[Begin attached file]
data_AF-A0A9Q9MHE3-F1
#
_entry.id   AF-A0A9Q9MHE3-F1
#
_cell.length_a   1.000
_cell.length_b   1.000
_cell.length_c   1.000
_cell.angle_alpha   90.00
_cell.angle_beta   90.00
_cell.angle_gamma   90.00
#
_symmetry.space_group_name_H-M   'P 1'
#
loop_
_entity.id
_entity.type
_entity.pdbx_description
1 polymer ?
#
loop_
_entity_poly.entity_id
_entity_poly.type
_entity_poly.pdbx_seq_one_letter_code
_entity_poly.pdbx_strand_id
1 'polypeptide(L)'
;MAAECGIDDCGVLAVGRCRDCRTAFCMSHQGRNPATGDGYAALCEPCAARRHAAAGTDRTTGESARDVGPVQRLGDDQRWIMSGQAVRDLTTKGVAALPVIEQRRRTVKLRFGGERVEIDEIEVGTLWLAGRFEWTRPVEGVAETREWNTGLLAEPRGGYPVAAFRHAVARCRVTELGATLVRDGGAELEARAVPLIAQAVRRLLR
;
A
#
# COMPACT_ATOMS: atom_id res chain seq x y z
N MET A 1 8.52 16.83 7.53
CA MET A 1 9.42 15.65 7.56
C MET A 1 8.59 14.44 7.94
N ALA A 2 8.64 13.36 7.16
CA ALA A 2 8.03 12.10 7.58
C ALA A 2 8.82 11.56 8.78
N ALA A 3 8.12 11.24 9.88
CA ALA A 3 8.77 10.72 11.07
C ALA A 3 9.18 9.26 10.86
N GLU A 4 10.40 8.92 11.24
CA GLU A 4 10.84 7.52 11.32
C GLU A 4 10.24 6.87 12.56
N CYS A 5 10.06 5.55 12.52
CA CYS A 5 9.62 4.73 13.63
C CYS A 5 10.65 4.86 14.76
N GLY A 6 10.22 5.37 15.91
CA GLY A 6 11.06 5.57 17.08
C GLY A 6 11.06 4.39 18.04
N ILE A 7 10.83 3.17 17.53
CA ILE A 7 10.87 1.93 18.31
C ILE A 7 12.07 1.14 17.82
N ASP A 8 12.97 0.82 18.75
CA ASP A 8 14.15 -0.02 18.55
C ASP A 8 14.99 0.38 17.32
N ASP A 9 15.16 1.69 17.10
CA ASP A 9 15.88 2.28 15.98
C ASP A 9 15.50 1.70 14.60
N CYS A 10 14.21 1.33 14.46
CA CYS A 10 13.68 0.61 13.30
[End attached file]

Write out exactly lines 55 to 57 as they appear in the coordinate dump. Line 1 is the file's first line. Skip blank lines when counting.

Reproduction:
N ASP A 9 15.16 1.69 17.10
CA ASP A 9 15.88 2.28 15.98
C ASP A 9 15.50 1.70 14.60